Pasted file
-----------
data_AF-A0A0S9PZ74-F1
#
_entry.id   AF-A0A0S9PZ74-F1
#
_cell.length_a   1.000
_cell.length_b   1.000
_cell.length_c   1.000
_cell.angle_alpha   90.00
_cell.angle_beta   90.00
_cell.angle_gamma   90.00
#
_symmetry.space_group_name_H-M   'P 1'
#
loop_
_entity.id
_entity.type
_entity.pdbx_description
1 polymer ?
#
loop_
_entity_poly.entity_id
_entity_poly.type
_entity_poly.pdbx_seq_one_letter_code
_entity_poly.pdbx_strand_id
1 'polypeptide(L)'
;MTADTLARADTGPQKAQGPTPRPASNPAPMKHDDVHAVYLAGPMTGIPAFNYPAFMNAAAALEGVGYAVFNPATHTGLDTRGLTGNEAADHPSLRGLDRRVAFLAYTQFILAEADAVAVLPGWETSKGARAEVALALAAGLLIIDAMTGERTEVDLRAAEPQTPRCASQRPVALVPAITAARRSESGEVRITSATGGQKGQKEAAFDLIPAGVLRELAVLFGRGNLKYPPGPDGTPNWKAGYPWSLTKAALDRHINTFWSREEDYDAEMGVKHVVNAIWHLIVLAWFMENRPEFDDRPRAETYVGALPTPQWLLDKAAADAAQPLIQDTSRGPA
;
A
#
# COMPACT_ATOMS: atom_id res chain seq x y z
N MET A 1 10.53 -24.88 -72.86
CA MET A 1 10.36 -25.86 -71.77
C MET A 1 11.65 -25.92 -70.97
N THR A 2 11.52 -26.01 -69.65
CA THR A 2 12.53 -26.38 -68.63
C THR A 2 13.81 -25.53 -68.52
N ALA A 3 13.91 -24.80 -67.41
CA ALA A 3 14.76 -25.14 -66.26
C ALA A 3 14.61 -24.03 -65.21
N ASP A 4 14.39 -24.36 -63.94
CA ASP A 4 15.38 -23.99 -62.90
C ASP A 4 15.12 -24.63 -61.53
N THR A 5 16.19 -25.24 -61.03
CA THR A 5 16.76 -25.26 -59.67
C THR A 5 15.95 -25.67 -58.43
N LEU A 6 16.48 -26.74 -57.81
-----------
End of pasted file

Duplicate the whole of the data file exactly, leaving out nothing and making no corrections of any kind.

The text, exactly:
data_AF-A0A0S9PZ74-F1
#
_entry.id   AF-A0A0S9PZ74-F1
#
_cell.length_a   1.000
_cell.length_b   1.000
_cell.length_c   1.000
_cell.angle_alpha   90.00
_cell.angle_beta   90.00
_cell.angle_gamma   90.00
#
_symmetry.space_group_name_H-M   'P 1'
#
loop_
_entity.id
_entity.type
_entity.pdbx_description
1 polymer ?
#
loop_
_entity_poly.entity_id
_entity_poly.type
_entity_poly.pdbx_seq_one_letter_code
_entity_poly.pdbx_strand_id
1 'polypeptide(L)'
;MTADTLARADTGPQKAQGPTPRPASNPAPMKHDDVHAVYLAGPMTGIPAFNYPAFMNAAAALEGVGYAVFNPATHTGLDTRGLTGNEAADHPSLRGLDRRVAFLAYTQFILAEADAVAVLPGWETSKGARAEVALALAAGLLIIDAMTGERTEVDLRAAEPQTPRCASQRPVALVPAITAARRSESGEVRITSATGGQKGQKEAAFDLIPAGVLRELAVLFGRGNLKYPPGPDGTPNWKAGYPWSLTKAALDRHINTFWSREEDYDAEMGVKHVVNAIWHLIVLAWFMENRPEFDDRPRAETYVGALPTPQWLLDKAAADAAQPLIQDTSRGPA
;
A
#
# COMPACT_ATOMS: atom_id res chain seq x y z
N MET A 1 10.53 -24.88 -72.86
CA MET A 1 10.36 -25.86 -71.77
C MET A 1 11.65 -25.92 -70.97
N THR A 2 11.52 -26.01 -69.65
CA THR A 2 12.53 -26.38 -68.63
C THR A 2 13.81 -25.53 -68.52
N ALA A 3 13.91 -24.80 -67.41
CA ALA A 3 14.76 -25.14 -66.26
C ALA A 3 14.61 -24.03 -65.21
N ASP A 4 14.39 -24.36 -63.94
CA ASP A 4 15.38 -23.99 -62.90
C ASP A 4 15.12 -24.63 -61.53
N THR A 5 16.19 -25.24 -61.03
CA THR A 5 16.76 -25.26 -59.67
C THR A 5 15.95 -25.67 -58.43
N LEU A 6 16.48 -26.74 -57.81